• 9. Figure 7Distribution can be the catalyst for a value chain transformation Starting point Sourcing Category Inventory Distribution Logistics and supplier management management (operations) (operations) management (marketing) (inventory) (procurement) IT and finance • Demand planning • Demand forecasting • Materials sourcing • Distribution center • Import and export Improvement areas • Assortment planning • Order management technology and planning • Product life-cycle • Replenishment 3 • Supplier compliance solution engineering • Shipment reliability planning • Freight and load 2 consolidation • Inventory carrying 1 • Distribution foot- • Shipment tracking and stocking • Supplier base print and network configuration • Replenishment • SKU rationalizationSource: A.T. Kearney analysisinventory policies. The reasons for the problems Challenging Entrenched Perspectiveswere becoming clear. The logistics group could As companies continue to enter new market seg-not improve its distribution operations since they ments, create new channels to markets, and rollwere so tightly intertwined with inventory (for out additional products and services, distributionexample, the tradeoffs between number of distri- will always be essential to profitable growth. Best-bution centers in a network versus inventory car- in-class performance requires thinking outside therying costs), and the product group was not that box and challenging entrenched perspectives.interested in improving inventory turns. The steer- Benchmarking across industry boundaries toing committee used a DC improvement initiative identify true distribution gaps and potential,as a catalyst to improve total operations—expand- conducting rigorous assessments of technologying the scope of this one initiative to launch a needs and make-versus-buy decisions and closingholistic distribution network restructuring that performance gaps can drive broader transforma-included revamping inventory carrying policies. tions across the entire supply chain.AuthorsJoachim Ebert is a partner in the operations practice and head of the firm’s complexity management practice. Based in theChicago office, he can be reached at joachim.ebert@atkearney.com.Kumar Venkataraman is a principal in the firm’s operations practice. Based in the Chicago office, he can be reached atkumar.venkataraman@atkearney.com.Michael Hu is a consultant in the firm’s Chicago office and can be reached at michael.hu@atkearney.com.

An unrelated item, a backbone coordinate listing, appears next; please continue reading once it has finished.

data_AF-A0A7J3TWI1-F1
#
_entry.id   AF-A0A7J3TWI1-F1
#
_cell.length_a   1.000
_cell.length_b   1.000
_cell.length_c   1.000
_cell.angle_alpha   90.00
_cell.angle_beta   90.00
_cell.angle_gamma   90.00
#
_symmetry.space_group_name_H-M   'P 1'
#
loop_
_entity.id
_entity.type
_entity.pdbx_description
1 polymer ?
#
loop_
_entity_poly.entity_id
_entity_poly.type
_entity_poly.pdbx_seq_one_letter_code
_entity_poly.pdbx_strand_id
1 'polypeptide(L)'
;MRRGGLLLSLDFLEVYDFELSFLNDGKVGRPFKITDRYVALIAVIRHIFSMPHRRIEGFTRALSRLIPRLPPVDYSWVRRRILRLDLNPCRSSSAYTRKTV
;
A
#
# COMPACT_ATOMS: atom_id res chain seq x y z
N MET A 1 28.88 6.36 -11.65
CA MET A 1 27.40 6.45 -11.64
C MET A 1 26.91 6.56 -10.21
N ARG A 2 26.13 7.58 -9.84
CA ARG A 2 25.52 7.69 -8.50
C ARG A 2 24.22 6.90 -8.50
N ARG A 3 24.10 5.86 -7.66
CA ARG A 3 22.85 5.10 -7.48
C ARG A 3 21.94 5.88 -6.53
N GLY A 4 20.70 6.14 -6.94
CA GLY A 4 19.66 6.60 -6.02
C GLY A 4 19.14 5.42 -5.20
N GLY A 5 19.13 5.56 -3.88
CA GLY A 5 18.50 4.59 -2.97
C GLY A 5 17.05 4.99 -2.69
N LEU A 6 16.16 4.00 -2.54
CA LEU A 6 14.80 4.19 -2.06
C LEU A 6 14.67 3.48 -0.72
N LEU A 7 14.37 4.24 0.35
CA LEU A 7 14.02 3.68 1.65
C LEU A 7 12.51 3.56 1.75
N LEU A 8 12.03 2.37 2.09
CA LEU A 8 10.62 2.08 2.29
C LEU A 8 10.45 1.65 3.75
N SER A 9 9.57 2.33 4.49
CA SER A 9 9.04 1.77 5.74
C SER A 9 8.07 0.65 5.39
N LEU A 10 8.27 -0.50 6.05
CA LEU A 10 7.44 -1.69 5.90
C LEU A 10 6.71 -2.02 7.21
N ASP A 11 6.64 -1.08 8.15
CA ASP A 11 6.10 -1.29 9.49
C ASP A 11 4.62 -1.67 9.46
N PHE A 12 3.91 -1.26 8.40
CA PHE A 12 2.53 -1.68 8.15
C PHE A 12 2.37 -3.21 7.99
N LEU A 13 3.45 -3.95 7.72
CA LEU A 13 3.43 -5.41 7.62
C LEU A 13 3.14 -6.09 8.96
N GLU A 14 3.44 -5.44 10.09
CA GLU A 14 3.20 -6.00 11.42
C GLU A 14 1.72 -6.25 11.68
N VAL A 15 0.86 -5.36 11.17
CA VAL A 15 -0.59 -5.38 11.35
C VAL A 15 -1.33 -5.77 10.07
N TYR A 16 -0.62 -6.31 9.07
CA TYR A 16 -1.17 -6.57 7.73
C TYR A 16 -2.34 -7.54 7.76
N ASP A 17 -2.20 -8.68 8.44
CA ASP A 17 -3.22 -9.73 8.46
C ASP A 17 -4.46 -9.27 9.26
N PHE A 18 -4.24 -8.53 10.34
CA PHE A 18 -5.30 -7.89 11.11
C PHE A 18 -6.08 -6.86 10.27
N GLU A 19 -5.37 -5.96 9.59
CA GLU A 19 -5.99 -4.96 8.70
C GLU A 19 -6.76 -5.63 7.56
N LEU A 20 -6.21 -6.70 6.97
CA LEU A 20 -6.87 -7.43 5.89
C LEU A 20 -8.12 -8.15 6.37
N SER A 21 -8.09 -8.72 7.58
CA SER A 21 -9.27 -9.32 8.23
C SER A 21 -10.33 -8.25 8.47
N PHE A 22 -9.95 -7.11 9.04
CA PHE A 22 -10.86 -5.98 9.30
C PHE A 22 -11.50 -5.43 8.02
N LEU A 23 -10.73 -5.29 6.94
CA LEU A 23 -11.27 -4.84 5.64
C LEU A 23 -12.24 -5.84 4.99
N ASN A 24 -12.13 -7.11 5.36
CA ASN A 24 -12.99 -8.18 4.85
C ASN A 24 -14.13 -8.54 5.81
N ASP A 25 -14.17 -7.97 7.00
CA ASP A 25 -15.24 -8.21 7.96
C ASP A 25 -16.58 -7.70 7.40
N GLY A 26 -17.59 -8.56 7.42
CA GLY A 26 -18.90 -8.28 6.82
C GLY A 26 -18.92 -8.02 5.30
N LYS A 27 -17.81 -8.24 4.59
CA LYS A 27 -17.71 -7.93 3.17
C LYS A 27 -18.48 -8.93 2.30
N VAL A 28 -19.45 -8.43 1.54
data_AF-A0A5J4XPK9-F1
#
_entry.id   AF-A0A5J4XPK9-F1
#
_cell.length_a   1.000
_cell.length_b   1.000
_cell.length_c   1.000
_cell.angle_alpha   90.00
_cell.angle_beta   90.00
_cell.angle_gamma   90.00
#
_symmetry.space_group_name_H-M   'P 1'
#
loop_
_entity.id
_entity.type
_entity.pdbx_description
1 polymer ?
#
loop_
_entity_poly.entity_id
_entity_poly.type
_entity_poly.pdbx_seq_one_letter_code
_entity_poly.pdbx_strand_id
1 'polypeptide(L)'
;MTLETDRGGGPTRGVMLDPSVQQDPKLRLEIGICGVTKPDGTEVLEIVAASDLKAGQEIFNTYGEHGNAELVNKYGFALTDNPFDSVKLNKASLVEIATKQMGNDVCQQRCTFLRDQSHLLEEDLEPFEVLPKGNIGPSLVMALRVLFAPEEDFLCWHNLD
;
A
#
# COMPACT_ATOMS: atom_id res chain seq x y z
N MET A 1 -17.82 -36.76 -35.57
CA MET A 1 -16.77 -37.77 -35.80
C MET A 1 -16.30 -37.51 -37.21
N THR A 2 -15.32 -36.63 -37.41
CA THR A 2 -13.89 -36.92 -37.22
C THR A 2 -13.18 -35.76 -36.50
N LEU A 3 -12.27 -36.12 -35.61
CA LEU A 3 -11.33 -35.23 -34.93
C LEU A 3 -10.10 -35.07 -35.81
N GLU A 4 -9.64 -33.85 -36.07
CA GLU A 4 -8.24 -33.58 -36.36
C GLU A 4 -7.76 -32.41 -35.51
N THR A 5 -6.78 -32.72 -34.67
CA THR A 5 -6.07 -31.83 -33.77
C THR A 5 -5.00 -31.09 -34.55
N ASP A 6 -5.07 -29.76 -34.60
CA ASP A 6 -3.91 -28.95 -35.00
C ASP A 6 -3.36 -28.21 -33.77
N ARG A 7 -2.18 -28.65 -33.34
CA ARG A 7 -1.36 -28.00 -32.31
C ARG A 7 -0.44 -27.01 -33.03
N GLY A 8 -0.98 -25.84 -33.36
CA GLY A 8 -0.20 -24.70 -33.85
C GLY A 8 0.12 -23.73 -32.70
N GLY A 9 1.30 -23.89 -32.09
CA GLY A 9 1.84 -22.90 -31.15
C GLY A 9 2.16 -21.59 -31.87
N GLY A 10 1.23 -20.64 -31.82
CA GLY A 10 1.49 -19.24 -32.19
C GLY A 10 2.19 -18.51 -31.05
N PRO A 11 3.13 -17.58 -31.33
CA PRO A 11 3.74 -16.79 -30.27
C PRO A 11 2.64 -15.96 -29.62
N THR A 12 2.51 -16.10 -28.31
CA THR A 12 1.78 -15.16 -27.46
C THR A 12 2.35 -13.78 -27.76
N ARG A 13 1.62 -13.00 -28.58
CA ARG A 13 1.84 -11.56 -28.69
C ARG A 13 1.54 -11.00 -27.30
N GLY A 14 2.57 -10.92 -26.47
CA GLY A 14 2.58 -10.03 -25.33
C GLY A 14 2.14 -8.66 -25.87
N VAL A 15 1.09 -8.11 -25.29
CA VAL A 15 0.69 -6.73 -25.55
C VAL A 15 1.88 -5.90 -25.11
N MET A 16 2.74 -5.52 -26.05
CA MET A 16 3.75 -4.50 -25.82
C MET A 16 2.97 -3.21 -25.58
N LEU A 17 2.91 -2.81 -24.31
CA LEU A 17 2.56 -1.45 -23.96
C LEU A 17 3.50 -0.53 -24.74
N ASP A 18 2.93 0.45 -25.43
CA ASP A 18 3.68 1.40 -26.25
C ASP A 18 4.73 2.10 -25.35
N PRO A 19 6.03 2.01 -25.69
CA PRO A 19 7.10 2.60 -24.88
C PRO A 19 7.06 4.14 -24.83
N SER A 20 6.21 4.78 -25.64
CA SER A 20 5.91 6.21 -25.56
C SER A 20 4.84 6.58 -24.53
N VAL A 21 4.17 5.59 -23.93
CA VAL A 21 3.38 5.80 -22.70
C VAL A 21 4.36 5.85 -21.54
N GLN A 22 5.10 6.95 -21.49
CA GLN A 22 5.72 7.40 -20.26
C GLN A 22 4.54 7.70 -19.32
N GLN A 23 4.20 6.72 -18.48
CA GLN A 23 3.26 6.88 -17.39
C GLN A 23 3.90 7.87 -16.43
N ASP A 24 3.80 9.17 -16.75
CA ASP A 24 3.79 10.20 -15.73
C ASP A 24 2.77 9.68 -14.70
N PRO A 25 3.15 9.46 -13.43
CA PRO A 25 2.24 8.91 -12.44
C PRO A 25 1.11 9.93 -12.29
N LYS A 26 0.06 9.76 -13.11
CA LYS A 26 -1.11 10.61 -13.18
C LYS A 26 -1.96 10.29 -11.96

• 10. A.T. Kearney is a global management consulting firm that uses strategic For information on obtaininginsight, tailored solutions and a collaborative working style to help clients additional copies, permissionachieve sustainable results. Since 1926, we have been trusted advisors on to reprint or translate this work,CEO-agenda issues to the world’s leading corporations across all major and all other correspondence,industries. A.T. Kearney’s offices are located in major business centers please contact:in 36 countries. A.T. Kearney, Inc.AMERICAS Atlanta | Boston | Chicago | Dallas | Detroit | Mexico City Marketing & Communications New York | San Francisco | São Paulo | Toronto | Washington, D.C. 222 West Adams StreetEUROPE Amsterdam | Berlin | Brussels | Bucharest | Copenhagen Chicago, Illinois 60606 U.S.A. Düsseldorf | Frankfurt | Helsinki | Kiev | Lisbon | Ljubljana 1 312 648 0111 London | Madrid | Milan | Moscow | Munich | Oslo | Paris email: insight@atkearney.com Prague | Rome | Stockholm | Stuttgart | Vienna | Warsaw | Zurich www.atkearney.comASIA Bangkok | Beijing | Hong Kong | Jakarta | Kuala LumpurPACIFIC Melbourne | Mumbai | New Delhi | Seoul | Shanghai Singapore | Sydney | TokyoMIDDLE Abu Dhabi | Dubai | Manama | RiyadhEASTCopyright 2009, A.T. Kearney, Inc. All rights reserved. No part of this work may be reproduced in any formwithout written permission from the copyright holder. A.T. Kearney® is a registered mark of A.T. Kearney, Inc.A.T. Kearney, Inc. is an equal opportunity employer.